It’s not an easy task to find a new strategy/sim game when you’re being this picky. Up until now, I have spent hundreds of hours in Sid Meier’s Civilization V and before that (and I mean waaaay before that), I played Command & Conquer: Red Alert 2. And that was pretty much it. I have something new in front of me, a neat product called Railway Empire. No countries to conquer or bases to build but the strategy element certainly seems to be there. Let’s see if this one manages to slide into my super exclusive club of strategy/RTS/sim games that I enjoy playing.
Hm, story. Should I say story or stories? Once we boot up the game, we are greeted with an infomercial cutscene about trains, train tracks, and train stations and the history surrounding them. You know, just so you don’t forget what game we’re playing. Other than that, there isn’t much of an overarching story in the Railway Empire. However, you have multiple preset scenarios at your disposal consisting of building stations and connecting cities. In any case, you’re on your own.
Railway Empire hides a lot under the hood. Your initial task is to connect a few cities (with train tracks, of course) and bring prosperity to the glorious land of US and A. That is until the other Railway tycoons start going for your throat. So now instead of managing our empire all over the USA, we have to watch out for the competitors and try our best to establish our presence in various cities before them. So what is that thing under the hood that I mentioned above? Railway Empire is a surprisingly serene experience. Once I connected the first few cities and watched by trains go from point A to point B, I found myself being distracted by the scenery. Nature, the mountains and the cities. Sometimes it’s just enough to zoom in on your train(s) and follow them as they go. Track laying mechanic is the most intuitive piece of work I’ve ever seen. While you connect the cities and train stations to one another, you can curve and swerve the train tracks around hills, rocks, and ponds with simple gestures of a mouse. And that’s one of the beauties of this game. While there is a lot to learn to really master the game, every step is well explained and easy to replicate. Whenever you feel like you are stuck in your skirmish play (or a scenario), there are occasional info bubbles above the cities or train stations to carefully nudge you in what direction to play the game next. Think of it as a subtle neverending tutorial.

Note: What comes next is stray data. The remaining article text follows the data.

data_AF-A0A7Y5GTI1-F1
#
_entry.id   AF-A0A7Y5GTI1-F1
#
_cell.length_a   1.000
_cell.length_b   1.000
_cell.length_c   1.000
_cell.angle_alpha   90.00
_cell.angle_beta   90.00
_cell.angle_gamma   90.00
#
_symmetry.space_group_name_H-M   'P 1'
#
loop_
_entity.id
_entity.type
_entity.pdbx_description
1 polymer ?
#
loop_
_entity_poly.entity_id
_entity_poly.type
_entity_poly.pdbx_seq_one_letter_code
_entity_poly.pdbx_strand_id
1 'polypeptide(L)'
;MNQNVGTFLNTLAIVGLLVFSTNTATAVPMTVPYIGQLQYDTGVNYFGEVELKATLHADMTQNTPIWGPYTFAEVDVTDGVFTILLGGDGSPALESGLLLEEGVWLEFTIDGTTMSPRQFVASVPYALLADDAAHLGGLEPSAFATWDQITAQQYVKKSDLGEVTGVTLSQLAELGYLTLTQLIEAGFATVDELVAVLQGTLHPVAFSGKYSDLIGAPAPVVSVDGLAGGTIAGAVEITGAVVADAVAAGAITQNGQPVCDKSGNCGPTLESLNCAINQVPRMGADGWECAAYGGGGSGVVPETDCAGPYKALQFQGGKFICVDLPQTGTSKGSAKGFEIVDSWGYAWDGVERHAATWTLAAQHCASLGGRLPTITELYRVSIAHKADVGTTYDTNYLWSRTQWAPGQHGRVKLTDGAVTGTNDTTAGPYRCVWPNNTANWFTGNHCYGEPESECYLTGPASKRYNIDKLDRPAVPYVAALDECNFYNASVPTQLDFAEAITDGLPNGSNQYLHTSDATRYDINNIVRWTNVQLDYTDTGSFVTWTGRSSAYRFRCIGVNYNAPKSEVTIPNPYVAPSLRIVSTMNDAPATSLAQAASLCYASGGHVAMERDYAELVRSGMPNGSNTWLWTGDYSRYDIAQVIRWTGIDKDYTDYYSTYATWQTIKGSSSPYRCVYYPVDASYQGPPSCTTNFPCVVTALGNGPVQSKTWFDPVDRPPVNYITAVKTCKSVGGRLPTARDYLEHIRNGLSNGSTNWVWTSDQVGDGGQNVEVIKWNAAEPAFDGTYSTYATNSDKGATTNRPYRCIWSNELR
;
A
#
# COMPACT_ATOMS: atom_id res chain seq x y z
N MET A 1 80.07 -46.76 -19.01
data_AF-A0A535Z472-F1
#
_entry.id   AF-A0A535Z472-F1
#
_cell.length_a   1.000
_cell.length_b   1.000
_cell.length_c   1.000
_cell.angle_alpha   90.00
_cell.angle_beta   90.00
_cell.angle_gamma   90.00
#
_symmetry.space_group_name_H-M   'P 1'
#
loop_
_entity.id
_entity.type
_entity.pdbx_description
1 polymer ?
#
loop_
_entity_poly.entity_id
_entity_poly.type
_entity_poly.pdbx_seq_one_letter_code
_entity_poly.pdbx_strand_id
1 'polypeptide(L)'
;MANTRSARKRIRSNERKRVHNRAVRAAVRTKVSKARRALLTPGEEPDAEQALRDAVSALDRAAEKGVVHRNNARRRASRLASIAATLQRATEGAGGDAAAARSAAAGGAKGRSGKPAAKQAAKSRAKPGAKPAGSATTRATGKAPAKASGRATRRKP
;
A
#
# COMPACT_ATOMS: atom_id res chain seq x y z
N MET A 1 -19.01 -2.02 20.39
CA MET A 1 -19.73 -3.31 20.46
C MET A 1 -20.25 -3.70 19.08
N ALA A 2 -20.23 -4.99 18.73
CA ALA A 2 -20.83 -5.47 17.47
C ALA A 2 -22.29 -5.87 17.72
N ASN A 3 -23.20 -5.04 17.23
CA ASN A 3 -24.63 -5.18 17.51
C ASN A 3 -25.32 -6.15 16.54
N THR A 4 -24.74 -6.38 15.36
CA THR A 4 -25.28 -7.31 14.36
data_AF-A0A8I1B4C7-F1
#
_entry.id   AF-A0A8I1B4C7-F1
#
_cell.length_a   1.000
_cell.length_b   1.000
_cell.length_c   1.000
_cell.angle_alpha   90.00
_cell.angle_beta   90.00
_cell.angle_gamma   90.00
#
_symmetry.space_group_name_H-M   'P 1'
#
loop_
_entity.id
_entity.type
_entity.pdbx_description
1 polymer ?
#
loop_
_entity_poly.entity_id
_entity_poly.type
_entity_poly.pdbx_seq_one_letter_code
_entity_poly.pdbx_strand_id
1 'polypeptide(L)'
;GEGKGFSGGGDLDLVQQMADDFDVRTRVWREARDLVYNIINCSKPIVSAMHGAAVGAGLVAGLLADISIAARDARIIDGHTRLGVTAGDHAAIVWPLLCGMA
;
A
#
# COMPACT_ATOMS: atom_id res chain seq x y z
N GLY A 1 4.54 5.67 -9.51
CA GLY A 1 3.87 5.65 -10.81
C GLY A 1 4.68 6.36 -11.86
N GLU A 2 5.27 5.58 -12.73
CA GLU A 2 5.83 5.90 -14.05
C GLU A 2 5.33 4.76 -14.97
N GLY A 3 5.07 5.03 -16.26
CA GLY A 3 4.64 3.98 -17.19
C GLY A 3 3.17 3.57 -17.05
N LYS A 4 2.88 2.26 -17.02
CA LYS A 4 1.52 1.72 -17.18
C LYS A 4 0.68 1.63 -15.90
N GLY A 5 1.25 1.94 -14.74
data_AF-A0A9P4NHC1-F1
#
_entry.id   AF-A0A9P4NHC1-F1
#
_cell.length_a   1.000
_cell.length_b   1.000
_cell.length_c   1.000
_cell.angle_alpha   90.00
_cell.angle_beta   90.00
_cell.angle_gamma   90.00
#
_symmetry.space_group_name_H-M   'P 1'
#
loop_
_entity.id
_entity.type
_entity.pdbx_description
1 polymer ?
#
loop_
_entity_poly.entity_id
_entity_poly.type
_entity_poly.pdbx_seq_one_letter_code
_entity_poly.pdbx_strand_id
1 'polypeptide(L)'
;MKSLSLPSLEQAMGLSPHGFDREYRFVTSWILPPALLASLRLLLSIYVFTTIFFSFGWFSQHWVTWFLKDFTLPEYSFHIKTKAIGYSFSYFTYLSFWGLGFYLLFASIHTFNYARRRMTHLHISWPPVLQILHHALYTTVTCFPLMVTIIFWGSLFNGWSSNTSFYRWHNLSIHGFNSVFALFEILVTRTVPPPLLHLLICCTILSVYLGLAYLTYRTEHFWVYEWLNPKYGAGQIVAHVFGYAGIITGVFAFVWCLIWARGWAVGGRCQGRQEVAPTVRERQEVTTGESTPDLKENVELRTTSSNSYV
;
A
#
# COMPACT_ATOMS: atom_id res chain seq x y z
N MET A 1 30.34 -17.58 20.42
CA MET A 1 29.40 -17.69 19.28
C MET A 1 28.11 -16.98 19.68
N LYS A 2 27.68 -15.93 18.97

What’ interesting is for that “train zen” moment to work properly, we also need sufficient power. And power indeed we have. You have a whole USA map at your disposal with cities and train stations that you can zoom in on immediately but nothing is lost visually in that process. Railway Empire has the same level of details from the overview map to the point of zooming on the individual moving trains. Sometimes I felt like a careless NPC tycoon from Red Dead Redemption, just minding my own business with trains and tracks, completely oblivious to the destruction beyond my world. The immersion is there, alright.
While you definitely aren’t alone while puffing and whistling with trains through the landscapes of Railway Empire, I’d often find myself just turning off the game music and playing my own that goes better with the game. Nothing against it, except that it’s a bit repetitive after a while with almost the same motives through all the tracks. I found that the playlist(s) from Fallout New Vegas worked way better from my train managing skills in that regard. As for audio, nothing there required changing. We are going back to that serene part again, enjoying the chirping of the birds and various sounds of the landscape around us while we’re on the way to the next city.
Railway Empire feels like a game that doesn’t really try to sell itself. At all. Instead, it just sits there on a shelf (or in your hard drive), waiting for you patiently to discover it. Then, it lulls you in with a user-friendly interface, superb audio atmosphere, and a great (but never too exhausting) learning curve. The rest is up to you. If you feel like scratching that strategy itch and you’re not in the mood for constant city burning, pillaging, and political backstabbing, the Railway Empire might just be a fresh cup of tea you need.
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